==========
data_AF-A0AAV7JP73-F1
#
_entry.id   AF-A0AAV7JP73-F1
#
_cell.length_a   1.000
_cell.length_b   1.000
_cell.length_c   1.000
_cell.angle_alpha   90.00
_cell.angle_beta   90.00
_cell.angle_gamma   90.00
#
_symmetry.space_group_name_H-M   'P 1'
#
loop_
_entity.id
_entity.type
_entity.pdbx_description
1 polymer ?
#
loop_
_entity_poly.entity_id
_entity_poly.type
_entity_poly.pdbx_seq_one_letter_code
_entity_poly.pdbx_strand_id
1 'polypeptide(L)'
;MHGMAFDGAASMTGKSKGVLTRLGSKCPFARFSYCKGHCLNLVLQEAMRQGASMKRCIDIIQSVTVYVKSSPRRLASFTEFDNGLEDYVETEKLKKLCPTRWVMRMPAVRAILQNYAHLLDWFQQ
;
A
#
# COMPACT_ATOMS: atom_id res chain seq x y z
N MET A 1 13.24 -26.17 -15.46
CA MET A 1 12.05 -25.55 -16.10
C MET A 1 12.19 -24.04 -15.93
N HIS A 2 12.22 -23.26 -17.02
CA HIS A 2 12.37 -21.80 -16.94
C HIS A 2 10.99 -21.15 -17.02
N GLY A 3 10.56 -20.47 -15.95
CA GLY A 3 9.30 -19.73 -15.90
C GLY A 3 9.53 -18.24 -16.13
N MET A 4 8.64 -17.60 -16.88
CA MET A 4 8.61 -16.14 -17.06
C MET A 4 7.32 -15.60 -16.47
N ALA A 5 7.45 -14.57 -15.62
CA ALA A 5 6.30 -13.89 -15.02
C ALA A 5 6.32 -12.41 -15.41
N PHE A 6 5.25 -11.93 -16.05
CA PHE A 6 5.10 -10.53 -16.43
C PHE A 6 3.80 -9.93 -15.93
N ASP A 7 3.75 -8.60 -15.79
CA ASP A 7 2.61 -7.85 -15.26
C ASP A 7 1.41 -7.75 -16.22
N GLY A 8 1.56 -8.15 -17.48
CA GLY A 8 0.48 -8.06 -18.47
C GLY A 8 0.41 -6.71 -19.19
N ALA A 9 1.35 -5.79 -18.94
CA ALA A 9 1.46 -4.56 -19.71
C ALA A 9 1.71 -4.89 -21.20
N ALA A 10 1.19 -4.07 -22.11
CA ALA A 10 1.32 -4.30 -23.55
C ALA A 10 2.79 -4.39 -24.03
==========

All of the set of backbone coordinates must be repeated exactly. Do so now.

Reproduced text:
data_AF-A0AAV7JP73-F1
#
_entry.id   AF-A0AAV7JP73-F1
#
_cell.length_a   1.000
_cell.length_b   1.000
_cell.length_c   1.000
_cell.angle_alpha   90.00
_cell.angle_beta   90.00
_cell.angle_gamma   90.00
#
_symmetry.space_group_name_H-M   'P 1'
#
loop_
_entity.id
_entity.type
_entity.pdbx_description
1 polymer ?
#
loop_
_entity_poly.entity_id
_entity_poly.type
_entity_poly.pdbx_seq_one_letter_code
_entity_poly.pdbx_strand_id
1 'polypeptide(L)'
;MHGMAFDGAASMTGKSKGVLTRLGSKCPFARFSYCKGHCLNLVLQEAMRQGASMKRCIDIIQSVTVYVKSSPRRLASFTEFDNGLEDYVETEKLKKLCPTRWVMRMPAVRAILQNYAHLLDWFQQ
;
A
#
# COMPACT_ATOMS: atom_id res chain seq x y z
N MET A 1 13.24 -26.17 -15.46
CA MET A 1 12.05 -25.55 -16.10
C MET A 1 12.19 -24.04 -15.93
N HIS A 2 12.22 -23.26 -17.02
CA HIS A 2 12.37 -21.80 -16.94
C HIS A 2 10.99 -21.15 -17.02
N GLY A 3 10.56 -20.47 -15.95
CA GLY A 3 9.30 -19.73 -15.90
C GLY A 3 9.53 -18.24 -16.13
N MET A 4 8.64 -17.60 -16.88
CA MET A 4 8.61 -16.14 -17.06
C MET A 4 7.32 -15.60 -16.47
N ALA A 5 7.45 -14.57 -15.62
CA ALA A 5 6.30 -13.89 -15.02
C ALA A 5 6.32 -12.41 -15.41
N PHE A 6 5.25 -11.93 -16.05
CA PHE A 6 5.10 -10.53 -16.43
C PHE A 6 3.80 -9.93 -15.93
N ASP A 7 3.75 -8.60 -15.79
CA ASP A 7 2.61 -7.85 -15.26
C ASP A 7 1.41 -7.75 -16.22
N GLY A 8 1.56 -8.15 -17.48
CA GLY A 8 0.48 -8.06 -18.47
C GLY A 8 0.41 -6.71 -19.19
N ALA A 9 1.35 -5.79 -18.94
CA ALA A 9 1.46 -4.56 -19.71
C ALA A 9 1.71 -4.89 -21.20
N ALA A 10 1.19 -4.07 -22.11
CA ALA A 10 1.32 -4.30 -23.55
C ALA A 10 2.79 -4.39 -24.03